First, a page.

What is Freon? Is Freon dangerous? Where can you buy Freon? Should you be adding Freon to your AC unit? And what do all these weird letter/number combos like R-22 mean? For many of us, Freon is a word we’ve heard (and received warnings about) but not something most people can identify. This blog will teach you everything you need to know about Freon, refrigerants, and safety regarding these chemicals.
So first things first: what is Freon? Freon is a brand-name and registered trademark for a group of refrigerants owned by the Chemours Company, a spin-off of DuPont. The Freon refrigerants were created to replace more toxic chemicals like ammonia. Chemically, Freon refrigerants were chlorofluorocarbons (CFCs), compounds of carbon, hydrogen, chlorine, and fluorine. DuPont created a system to catalog the various Freon refrigerants so they wouldn’t have to repeatedly use the tongue-twister chemical names. The first Freon was dichlorodifluoro- methane, which DuPont called R-12. These days, the Freon trademark applies to R-12, R-13B1, R-22, R-410A, R-502, and R-503.
Okay, so we know what Freon is. But why were companies adding Freon to AC units? Refrigerants like Freon play an integral role in how an air conditioner functions. The three main mechanical elements of an air conditioner are the condenser coil, the evaporator coil, and the compressor. For a bigger breakdown on how AC units work, check out our blog on the subject here. The refrigerant cycles through these three mechanical elements, picking up heat and shedding it so that your AC unit can create cool air. Refrigerants are chemically designed so they excel at changing state and absorbing heat. Without a refrigerant like Freon added to your AC unit, you’d have a very inefficient window fan.
Many people use the word Freon synonymously with refrigerant, the way that some people use Kleenex to refer to all facial tissues. But it’s important to know that what is Freon and what is a refrigerant are not synonymous. In 1987, the countries of the world signed a treaty that has come to be known as the Montreal Protocol to restrict the usage of CFCs (including Freon). While CFCs are less toxic for humans, they contribute greatly to the depletion of the ozone layer. As air conditioners and refrigerators became more common, the governments of the world decided action was necessary to protect the environment.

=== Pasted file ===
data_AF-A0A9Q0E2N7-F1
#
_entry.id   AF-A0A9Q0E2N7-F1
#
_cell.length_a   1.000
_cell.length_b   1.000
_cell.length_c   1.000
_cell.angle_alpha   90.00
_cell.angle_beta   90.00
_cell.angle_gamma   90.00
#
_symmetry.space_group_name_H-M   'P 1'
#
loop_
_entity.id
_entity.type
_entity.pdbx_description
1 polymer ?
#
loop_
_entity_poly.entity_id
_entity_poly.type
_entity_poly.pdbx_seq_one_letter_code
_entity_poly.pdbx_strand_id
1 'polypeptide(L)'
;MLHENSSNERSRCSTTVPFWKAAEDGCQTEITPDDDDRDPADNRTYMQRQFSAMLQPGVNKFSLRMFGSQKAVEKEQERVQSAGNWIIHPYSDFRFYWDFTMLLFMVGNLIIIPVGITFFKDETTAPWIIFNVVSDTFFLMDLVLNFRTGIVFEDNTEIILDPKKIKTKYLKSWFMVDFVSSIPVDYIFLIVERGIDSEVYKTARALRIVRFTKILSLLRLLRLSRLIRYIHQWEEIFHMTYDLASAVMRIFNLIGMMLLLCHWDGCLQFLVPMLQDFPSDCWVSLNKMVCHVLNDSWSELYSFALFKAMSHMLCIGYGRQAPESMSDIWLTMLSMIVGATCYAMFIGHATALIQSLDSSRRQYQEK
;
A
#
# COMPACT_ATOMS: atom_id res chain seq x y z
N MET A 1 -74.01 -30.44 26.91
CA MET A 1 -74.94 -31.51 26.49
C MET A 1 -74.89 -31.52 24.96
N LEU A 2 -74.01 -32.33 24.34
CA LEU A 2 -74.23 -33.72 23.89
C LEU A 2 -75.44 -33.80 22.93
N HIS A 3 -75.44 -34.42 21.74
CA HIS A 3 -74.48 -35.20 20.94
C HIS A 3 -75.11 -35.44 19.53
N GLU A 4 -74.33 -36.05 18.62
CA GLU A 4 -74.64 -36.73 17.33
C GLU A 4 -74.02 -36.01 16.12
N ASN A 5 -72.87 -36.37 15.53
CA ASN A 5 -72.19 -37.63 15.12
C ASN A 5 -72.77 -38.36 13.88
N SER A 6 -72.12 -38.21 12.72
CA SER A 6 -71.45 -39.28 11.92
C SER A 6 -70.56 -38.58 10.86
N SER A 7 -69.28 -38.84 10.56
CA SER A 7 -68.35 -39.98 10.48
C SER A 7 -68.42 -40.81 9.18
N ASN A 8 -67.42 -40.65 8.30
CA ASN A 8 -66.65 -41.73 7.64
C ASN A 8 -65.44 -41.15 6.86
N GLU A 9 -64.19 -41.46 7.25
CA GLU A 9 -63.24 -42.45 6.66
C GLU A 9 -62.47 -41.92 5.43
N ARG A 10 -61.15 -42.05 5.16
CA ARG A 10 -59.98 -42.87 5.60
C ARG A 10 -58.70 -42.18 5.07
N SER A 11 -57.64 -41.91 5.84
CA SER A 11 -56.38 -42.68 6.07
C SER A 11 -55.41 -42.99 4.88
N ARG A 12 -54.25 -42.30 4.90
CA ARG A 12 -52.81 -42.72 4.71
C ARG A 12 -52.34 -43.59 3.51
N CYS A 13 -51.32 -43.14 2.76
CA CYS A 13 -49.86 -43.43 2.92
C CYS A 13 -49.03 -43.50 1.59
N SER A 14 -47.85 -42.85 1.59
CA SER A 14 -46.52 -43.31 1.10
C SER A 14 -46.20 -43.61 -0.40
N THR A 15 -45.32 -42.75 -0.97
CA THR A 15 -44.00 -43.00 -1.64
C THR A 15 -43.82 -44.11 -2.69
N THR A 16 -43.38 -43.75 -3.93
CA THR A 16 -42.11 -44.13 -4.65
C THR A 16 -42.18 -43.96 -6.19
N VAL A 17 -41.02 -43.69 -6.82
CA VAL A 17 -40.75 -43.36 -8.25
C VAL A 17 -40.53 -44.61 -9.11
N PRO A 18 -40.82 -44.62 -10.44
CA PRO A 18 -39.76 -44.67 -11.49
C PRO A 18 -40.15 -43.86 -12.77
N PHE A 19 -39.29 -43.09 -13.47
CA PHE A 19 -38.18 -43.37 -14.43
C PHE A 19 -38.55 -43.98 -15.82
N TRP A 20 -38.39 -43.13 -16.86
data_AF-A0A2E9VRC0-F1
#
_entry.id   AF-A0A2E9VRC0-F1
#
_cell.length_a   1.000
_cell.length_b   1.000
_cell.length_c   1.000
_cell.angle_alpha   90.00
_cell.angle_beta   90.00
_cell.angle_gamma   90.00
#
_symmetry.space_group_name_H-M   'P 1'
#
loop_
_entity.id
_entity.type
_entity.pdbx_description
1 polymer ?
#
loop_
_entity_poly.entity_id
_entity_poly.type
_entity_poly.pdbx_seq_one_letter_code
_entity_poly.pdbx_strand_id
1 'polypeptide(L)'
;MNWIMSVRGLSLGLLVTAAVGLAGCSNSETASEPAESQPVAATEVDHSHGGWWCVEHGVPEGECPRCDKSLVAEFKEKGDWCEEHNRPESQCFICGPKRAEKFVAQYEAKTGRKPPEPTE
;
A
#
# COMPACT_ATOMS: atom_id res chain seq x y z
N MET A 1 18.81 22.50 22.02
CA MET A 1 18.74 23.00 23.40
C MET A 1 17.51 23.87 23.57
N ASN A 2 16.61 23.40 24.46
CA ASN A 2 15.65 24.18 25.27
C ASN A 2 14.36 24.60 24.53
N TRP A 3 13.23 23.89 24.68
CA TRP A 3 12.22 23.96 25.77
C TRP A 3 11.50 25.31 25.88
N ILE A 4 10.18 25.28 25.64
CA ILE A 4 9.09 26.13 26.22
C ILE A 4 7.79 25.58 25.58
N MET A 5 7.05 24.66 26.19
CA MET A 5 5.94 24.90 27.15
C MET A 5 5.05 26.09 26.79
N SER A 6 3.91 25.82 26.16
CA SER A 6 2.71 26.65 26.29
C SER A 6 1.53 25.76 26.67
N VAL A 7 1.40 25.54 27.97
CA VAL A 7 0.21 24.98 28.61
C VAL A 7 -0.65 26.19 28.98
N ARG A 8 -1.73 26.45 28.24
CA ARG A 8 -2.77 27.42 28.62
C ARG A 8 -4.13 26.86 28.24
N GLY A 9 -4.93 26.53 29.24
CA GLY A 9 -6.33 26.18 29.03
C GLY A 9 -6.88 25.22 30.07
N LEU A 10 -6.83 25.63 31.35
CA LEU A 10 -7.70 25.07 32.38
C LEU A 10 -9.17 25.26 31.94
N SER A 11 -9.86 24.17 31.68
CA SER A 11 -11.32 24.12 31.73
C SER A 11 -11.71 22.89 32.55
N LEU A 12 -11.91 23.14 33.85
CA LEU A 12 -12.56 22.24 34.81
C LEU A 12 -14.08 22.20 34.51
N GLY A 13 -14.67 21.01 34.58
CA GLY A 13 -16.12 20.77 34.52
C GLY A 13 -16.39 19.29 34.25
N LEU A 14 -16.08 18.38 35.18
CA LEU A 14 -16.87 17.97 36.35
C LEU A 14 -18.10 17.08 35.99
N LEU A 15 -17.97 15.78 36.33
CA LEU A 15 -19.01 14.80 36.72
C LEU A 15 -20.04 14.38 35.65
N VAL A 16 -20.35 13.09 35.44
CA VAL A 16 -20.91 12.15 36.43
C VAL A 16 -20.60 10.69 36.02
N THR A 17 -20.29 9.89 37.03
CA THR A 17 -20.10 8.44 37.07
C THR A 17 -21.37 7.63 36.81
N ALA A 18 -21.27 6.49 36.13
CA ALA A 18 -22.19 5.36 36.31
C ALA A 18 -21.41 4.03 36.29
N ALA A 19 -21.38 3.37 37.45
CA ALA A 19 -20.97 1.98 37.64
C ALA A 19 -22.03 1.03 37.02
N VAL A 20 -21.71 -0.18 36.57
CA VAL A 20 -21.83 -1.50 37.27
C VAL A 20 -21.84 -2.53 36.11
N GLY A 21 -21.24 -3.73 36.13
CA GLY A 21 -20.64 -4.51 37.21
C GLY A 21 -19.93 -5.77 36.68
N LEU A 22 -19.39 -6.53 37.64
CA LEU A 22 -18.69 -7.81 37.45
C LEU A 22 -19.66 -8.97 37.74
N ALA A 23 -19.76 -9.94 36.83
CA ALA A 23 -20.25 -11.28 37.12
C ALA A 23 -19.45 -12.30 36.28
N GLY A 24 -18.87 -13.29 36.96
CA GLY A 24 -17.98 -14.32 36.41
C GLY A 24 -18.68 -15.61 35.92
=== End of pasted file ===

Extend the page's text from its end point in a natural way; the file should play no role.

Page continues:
Hydrofluorocarbons (HFCs) were chosen to replace CFCs, but part of the Montreal Protocol was a plan to phase these refrigerants out as well. The Kyoto Protocol, a second international climate agreement, further restricted the use of HFCs. Chemists have developed new refrigerants, like R-32, with lower global warming potential. So if you’re someone who uses Freon and refrigerant interchangeably, your definition of what is Freon is evolving and will continue to do so.
So if companies were adding Freon to AC units to make them safer, why does Freon still have a bad reputation? While Freon might be less toxic than the refrigerants it replaced, it is still a dangerous chemical. Likewise, while HFCs are less dangerous to the environment, they can still be dangerous to humans. In addition, Freon and other refrigerants are tasteless and mostly odorless, making them perfect bogeymen for home-related fears.
Fortunately, most modern machines are built so that refrigerant leaks are extremely uncommon. In order to suffer from refrigerant poisoning, you would need prolonged exposure to a large quantity of refrigerant for a significant period of time. This isn’t to say you should start splashing refrigerant on yourself—please don’t do that! But if you’re worried about a refrigerant leak, you don’t need to panic. If you see a liquid leaking out of your AC unit’s vents, don’t worry! It’s common for air conditioners to leak a small amount of moisture because they condense the water molecules in the air.
When should you be concerned about a potential refrigerant leak? If your AC unit is in operation but not cooling, and you can hear the compressor engaged—meaning it’s making the same amount and kinds of sound as usually does—then there’s a chance your unit is low on refrigerant or leaking. Stop using your air conditioner and contact a professional to come in and check out the unit for potential issues.
So what do we know about Freon, refrigerants, and the way they are used? Refrigerant chemicals are essential to the functioning of air conditioning systems. Companies began adding Freon to AC units as a non-toxic alternative to traditional refrigerants. While it was widely used, Freon has been phased out in favor of refrigerants with a lower global warming potential, like R32, which we use at Windmill. Scientists around the world are constantly working on new refrigerants which are even more environmentally friendly. While Freon and other refrigerants are safer for humans than traditional refrigerants, prolonged exposure to any refrigerant can be dangerous. However, refrigerant leaks are extremely uncommon, and easily handled by professionals. If you have any other questions about refrigerants or how your AC is functioning, Windmill support is available seven days a week to help you out. For more information on how Windmill is fighting for a greener future, check out our environmental initiatives here.